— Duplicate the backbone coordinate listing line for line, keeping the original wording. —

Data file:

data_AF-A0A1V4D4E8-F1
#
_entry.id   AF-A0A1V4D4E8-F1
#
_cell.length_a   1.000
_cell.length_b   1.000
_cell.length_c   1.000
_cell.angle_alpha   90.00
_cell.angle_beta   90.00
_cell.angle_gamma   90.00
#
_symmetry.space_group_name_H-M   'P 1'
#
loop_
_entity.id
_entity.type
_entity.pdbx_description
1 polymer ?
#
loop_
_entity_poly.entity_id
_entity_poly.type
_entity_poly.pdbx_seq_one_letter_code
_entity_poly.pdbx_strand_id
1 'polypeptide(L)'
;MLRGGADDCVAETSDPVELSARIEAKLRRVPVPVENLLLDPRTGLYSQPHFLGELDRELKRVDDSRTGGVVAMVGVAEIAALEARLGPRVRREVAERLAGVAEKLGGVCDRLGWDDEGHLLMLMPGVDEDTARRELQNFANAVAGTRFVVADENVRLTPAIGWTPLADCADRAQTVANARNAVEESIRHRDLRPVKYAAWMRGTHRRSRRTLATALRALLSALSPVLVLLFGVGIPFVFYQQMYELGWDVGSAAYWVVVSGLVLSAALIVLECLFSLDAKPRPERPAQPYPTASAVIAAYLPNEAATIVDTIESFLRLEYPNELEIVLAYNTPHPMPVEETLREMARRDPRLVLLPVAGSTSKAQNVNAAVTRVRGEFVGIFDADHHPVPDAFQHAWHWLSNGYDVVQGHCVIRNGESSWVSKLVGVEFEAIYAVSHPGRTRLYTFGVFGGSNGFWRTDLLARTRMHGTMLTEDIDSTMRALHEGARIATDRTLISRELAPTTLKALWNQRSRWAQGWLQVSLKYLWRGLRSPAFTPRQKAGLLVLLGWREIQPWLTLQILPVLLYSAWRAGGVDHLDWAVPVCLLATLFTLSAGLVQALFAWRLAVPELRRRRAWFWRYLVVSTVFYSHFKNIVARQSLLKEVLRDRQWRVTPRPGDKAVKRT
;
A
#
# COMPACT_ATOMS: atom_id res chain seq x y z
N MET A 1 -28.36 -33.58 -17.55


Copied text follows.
data_AF-A0A1V4D4E8-F1
#
_entry.id   AF-A0A1V4D4E8-F1
#
_cell.length_a   1.000
_cell.length_b   1.000
_cell.length_c   1.000
_cell.angle_alpha   90.00
_cell.angle_beta   90.00
_cell.angle_gamma   90.00
#
_symmetry.space_group_name_H-M   'P 1'
#
loop_
_entity.id
_entity.type
_entity.pdbx_description
1 polymer ?
#
loop_
_entity_poly.entity_id
_entity_poly.type
_entity_poly.pdbx_seq_one_letter_code
_entity_poly.pdbx_strand_id
1 'polypeptide(L)'
;MLRGGADDCVAETSDPVELSARIEAKLRRVPVPVENLLLDPRTGLYSQPHFLGELDRELKRVDDSRTGGVVAMVGVAEIAALEARLGPRVRREVAERLAGVAEKLGGVCDRLGWDDEGHLLMLMPGVDEDTARRELQNFANAVAGTRFVVADENVRLTPAIGWTPLADCADRAQTVANARNAVEESIRHRDLRPVKYAAWMRGTHRRSRRTLATALRALLSALSPVLVLLFGVGIPFVFYQQMYELGWDVGSAAYWVVVSGLVLSAALIVLECLFSLDAKPRPERPAQPYPTASAVIAAYLPNEAATIVDTIESFLRLEYPNELEIVLAYNTPHPMPVEETLREMARRDPRLVLLPVAGSTSKAQNVNAAVTRVRGEFVGIFDADHHPVPDAFQHAWHWLSNGYDVVQGHCVIRNGESSWVSKLVGVEFEAIYAVSHPGRTRLYTFGVFGGSNGFWRTDLLARTRMHGTMLTEDIDSTMRALHEGARIATDRTLISRELAPTTLKALWNQRSRWAQGWLQVSLKYLWRGLRSPAFTPRQKAGLLVLLGWREIQPWLTLQILPVLLYSAWRAGGVDHLDWAVPVCLLATLFTLSAGLVQALFAWRLAVPELRRRRAWFWRYLVVSTVFYSHFKNIVARQSLLKEVLRDRQWRVTPRPGDKAVKRT
;
A
#
# COMPACT_ATOMS: atom_id res chain seq x y z
N MET A 1 -28.36 -33.58 -17.55